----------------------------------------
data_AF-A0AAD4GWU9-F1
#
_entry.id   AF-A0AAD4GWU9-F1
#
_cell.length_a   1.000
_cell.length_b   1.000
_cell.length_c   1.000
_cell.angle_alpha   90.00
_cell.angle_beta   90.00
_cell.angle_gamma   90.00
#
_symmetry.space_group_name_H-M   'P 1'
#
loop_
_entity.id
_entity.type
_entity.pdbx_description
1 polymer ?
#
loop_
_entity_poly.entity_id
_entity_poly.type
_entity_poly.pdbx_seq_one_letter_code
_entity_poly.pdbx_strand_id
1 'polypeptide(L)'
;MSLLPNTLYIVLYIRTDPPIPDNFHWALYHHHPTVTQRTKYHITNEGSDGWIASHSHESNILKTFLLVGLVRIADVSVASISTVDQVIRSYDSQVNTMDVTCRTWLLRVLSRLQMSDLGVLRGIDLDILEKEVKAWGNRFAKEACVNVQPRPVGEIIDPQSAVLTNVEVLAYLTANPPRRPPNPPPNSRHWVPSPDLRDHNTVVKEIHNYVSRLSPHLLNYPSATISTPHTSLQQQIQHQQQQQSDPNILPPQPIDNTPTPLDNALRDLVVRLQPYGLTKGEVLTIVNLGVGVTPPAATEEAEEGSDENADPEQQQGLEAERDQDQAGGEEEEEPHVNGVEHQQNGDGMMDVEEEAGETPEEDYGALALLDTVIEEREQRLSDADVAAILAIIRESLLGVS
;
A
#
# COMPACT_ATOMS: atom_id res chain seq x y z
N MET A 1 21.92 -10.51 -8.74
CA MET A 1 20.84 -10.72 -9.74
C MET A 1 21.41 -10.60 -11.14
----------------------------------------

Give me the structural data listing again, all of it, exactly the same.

data_AF-A0AAD4GWU9-F1
#
_entry.id   AF-A0AAD4GWU9-F1
#
_cell.length_a   1.000
_cell.length_b   1.000
_cell.length_c   1.000
_cell.angle_alpha   90.00
_cell.angle_beta   90.00
_cell.angle_gamma   90.00
#
_symmetry.space_group_name_H-M   'P 1'
#
loop_
_entity.id
_entity.type
_entity.pdbx_description
1 polymer ?
#
loop_
_entity_poly.entity_id
_entity_poly.type
_entity_poly.pdbx_seq_one_letter_code
_entity_poly.pdbx_strand_id
1 'polypeptide(L)'
;MSLLPNTLYIVLYIRTDPPIPDNFHWALYHHHPTVTQRTKYHITNEGSDGWIASHSHESNILKTFLLVGLVRIADVSVASISTVDQVIRSYDSQVNTMDVTCRTWLLRVLSRLQMSDLGVLRGIDLDILEKEVKAWGNRFAKEACVNVQPRPVGEIIDPQSAVLTNVEVLAYLTANPPRRPPNPPPNSRHWVPSPDLRDHNTVVKEIHNYVSRLSPHLLNYPSATISTPHTSLQQQIQHQQQQQSDPNILPPQPIDNTPTPLDNALRDLVVRLQPYGLTKGEVLTIVNLGVGVTPPAATEEAEEGSDENADPEQQQGLEAERDQDQAGGEEEEEPHVNGVEHQQNGDGMMDVEEEAGETPEEDYGALALLDTVIEEREQRLSDADVAAILAIIRESLLGVS
;
A
#
# COMPACT_ATOMS: atom_id res chain seq x y z
N MET A 1 21.92 -10.51 -8.74
CA MET A 1 20.84 -10.72 -9.74
C MET A 1 21.41 -10.60 -11.14